My house was built over 200 years ago when George III was on the throne and long before the first set of Building Regulations were published in 1963. The windows are draughty, the front door doesn’t fit properly and sometimes the slate slips off the roof when it’s windy. I take comfort in the fact that the house is 200 years old and still hasn’t fallen down. The carpet is due for retirement but I’ve just discovered some wierd insects living in it.
Shortly after we moved into the crumbling pile that I call home we had a problem with fleas in the carpet. A technician came round and fumigated the carpet. To ensure we don’t get another infestation I’ve been really careful to vacuum regularly, right up to the edges using the special attachment tool, to remove any flea eggs before they hatch.
Insects may be tiny but they have a strong survival instinct. They know that the edge of the carpet is the hardest to keep clean, even with a special attachment tool. Cracks and crevices hide organic debris upon which an insect can feast. To keep on top of pest prevention I removed all the furniture from the edges of the wall, including a very heavy bookshelf. After heaving it away from the wall there were threadbare patches and some unidentifiable larvae.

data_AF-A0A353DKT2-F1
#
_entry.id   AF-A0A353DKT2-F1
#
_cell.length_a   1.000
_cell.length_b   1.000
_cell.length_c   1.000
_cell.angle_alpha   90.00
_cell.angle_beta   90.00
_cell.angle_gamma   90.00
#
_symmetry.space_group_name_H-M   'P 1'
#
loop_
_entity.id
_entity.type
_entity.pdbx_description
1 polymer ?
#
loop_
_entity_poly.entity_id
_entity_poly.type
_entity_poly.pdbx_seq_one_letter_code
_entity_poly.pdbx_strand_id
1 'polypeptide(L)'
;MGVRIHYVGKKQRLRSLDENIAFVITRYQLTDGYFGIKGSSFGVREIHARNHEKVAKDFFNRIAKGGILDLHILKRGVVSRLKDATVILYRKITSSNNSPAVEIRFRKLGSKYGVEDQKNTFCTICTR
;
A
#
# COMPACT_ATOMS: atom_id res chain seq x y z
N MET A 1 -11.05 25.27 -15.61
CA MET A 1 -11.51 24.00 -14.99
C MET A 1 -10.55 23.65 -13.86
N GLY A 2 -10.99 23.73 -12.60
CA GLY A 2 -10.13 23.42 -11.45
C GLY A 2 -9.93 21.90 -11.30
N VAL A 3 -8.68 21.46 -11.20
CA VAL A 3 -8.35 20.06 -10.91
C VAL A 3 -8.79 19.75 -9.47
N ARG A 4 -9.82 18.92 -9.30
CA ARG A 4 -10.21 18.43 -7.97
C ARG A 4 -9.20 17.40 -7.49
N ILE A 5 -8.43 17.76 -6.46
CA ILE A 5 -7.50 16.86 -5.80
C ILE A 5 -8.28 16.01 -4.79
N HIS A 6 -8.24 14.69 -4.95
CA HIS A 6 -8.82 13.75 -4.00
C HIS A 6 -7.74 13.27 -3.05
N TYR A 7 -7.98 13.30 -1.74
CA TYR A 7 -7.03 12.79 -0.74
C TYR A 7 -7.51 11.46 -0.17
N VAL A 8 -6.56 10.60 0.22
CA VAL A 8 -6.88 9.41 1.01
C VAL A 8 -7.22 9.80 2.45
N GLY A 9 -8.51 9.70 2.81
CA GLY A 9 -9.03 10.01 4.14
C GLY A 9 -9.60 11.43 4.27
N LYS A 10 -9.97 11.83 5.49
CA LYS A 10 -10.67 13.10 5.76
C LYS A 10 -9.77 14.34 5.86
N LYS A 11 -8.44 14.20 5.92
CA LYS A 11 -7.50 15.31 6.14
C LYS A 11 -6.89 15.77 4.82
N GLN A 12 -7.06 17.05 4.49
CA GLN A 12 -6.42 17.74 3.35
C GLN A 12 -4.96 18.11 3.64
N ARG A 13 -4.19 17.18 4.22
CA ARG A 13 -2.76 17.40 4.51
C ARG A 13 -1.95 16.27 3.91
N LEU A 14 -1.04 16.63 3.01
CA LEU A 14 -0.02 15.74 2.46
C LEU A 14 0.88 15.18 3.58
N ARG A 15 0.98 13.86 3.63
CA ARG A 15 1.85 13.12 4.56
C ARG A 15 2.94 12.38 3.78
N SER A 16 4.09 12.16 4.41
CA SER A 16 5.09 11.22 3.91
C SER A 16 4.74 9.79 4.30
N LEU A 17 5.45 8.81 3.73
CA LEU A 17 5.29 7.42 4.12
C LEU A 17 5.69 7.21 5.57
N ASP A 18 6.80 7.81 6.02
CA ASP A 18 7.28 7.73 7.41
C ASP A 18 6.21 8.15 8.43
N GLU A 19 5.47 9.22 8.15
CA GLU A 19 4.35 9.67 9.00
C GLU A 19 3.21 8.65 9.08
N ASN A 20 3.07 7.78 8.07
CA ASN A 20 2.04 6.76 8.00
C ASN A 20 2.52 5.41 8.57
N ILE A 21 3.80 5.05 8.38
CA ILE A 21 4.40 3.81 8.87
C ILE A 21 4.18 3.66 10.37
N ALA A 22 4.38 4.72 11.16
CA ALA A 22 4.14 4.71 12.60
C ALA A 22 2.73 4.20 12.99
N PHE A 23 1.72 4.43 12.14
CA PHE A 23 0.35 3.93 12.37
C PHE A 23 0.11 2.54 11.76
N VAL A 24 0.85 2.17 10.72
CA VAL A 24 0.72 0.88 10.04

I called Matt the Rentokil Entomologist.
“There are weird insects in my carpet!” I shrieked.
“Send them to me and I’ll ID them,” Matt said calmly. “It could be a case of woolly bears with alopecia” he said, knowledgably.
I gathered up the larvae and posted them to him. A few days later Matt called back.
“I’ve received the merchandise!” he said excitedly. (Matt gets VERY excited about insects). He emailed through a picture taken with his fandangled USB microsope.
“You have Tachypodoiulus niger, or Black Millipedes, which have too many legs for a purist entomologist to be concerned with. Fortunately though, I like anything creepy like that. These lovely creatures eat fruit, vegetables…. and mould.” he said. “You have some Frog hoppers too, but they aren’t eating the carpet.”
“Millipedes. Yuk!” I said, looking at the picture of the shrivelled up nasties. “What are they doing in my house?”
“They are symptomatic of damp conditions.”
Brilliant! Not only do I have the equivalent of the Mistral rattling through the drawing room I’ve got a damp house, probably exacerbated by poor building standards.
I wonder if I can get staff discount off Rentokil Property Care?